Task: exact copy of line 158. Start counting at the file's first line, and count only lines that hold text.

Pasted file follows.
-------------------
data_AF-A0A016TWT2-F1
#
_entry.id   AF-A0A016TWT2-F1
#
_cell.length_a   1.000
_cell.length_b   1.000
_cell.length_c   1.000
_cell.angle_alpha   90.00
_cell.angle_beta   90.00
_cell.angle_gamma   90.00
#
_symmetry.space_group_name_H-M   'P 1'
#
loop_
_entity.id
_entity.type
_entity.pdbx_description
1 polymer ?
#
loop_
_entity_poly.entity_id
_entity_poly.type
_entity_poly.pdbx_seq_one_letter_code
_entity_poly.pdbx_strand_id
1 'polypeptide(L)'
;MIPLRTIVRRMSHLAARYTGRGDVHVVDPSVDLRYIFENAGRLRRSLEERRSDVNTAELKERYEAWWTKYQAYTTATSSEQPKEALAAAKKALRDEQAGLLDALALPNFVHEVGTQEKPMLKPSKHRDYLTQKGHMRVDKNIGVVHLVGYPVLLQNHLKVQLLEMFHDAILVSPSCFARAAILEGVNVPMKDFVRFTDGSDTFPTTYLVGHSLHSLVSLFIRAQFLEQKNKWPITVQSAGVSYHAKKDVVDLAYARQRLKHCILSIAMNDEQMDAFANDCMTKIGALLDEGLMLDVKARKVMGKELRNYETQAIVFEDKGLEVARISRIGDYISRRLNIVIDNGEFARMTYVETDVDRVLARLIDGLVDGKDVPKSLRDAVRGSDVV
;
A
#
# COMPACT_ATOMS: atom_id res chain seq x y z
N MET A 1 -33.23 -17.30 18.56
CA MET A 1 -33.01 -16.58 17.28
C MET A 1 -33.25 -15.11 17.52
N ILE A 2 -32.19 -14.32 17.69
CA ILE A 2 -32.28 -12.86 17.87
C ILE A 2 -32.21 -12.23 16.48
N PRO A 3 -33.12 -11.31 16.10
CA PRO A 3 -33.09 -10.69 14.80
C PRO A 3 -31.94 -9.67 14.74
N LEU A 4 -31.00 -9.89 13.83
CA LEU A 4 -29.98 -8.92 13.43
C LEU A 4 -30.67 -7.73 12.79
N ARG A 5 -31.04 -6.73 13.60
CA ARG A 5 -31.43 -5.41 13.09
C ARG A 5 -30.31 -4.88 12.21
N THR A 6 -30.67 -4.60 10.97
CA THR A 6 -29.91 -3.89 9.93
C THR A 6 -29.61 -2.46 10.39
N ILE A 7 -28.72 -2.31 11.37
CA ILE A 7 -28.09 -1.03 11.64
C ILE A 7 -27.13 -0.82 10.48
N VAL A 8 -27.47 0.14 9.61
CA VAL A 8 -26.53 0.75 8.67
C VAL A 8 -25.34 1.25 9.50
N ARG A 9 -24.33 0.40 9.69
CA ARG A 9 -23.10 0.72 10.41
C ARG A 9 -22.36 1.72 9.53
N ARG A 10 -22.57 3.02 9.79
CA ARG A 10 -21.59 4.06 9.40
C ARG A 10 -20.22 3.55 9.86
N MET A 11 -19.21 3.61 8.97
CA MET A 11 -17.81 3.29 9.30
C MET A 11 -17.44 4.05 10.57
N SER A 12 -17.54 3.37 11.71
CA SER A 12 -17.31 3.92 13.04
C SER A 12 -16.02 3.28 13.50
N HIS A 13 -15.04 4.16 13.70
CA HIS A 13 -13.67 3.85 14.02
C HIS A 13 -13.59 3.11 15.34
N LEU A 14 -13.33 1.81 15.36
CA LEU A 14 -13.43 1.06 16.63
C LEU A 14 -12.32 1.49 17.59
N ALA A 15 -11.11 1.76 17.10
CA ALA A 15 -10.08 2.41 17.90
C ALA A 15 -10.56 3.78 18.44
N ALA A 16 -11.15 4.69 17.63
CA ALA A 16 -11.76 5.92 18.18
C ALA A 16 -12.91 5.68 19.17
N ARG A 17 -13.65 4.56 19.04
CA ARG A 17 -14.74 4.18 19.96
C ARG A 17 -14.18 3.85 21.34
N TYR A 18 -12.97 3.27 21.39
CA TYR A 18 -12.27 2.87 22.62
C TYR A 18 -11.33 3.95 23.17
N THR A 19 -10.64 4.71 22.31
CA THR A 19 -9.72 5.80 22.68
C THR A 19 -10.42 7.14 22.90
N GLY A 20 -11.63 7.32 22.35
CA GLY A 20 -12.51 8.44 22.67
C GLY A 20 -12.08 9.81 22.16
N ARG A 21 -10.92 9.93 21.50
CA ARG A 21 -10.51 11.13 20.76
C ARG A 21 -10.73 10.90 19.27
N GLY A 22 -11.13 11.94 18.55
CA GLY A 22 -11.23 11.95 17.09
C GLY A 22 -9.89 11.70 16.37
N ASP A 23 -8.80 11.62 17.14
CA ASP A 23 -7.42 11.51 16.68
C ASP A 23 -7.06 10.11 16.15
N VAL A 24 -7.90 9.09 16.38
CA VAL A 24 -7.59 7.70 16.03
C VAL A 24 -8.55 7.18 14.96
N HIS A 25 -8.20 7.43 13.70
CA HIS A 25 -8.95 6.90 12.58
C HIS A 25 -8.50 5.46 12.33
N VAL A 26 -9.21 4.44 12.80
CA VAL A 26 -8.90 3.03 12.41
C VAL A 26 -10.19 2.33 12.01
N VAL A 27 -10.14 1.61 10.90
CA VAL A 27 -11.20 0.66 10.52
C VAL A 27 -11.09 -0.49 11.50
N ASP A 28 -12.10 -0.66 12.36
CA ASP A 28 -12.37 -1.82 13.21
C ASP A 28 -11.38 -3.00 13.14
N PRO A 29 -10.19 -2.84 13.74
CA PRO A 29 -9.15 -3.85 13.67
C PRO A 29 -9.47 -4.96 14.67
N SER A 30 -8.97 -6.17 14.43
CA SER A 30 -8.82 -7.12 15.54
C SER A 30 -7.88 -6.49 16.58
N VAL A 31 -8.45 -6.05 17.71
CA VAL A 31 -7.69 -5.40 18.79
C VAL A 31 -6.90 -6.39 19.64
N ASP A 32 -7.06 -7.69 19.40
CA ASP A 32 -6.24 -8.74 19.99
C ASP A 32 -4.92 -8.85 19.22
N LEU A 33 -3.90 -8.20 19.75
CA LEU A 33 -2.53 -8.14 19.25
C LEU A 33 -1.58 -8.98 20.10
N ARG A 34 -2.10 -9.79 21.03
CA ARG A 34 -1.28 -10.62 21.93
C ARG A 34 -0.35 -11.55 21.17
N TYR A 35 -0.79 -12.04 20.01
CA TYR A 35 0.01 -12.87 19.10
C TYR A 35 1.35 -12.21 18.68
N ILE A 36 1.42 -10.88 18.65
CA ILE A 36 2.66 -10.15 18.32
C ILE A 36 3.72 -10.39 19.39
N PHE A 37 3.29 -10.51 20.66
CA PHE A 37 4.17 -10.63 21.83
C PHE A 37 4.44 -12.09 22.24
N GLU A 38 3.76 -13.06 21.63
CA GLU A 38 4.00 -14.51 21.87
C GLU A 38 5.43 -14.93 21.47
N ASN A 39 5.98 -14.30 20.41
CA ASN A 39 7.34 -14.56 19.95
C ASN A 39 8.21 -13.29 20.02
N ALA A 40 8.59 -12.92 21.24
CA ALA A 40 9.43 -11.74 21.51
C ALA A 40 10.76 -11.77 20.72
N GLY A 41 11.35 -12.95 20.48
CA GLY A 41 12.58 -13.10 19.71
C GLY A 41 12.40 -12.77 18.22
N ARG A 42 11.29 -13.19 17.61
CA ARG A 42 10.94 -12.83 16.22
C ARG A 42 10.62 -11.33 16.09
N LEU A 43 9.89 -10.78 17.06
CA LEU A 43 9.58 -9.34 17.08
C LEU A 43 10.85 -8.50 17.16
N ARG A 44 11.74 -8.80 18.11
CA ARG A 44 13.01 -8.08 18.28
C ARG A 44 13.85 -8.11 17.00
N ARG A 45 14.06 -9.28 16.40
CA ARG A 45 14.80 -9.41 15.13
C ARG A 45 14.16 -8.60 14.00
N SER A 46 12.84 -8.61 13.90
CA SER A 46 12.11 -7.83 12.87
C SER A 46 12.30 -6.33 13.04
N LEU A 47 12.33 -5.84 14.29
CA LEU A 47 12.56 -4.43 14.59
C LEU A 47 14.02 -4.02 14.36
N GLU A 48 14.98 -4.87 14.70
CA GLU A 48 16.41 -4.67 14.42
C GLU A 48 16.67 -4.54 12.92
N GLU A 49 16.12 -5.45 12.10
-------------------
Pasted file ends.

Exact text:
CA LEU A 43 9.58 -9.34 17.08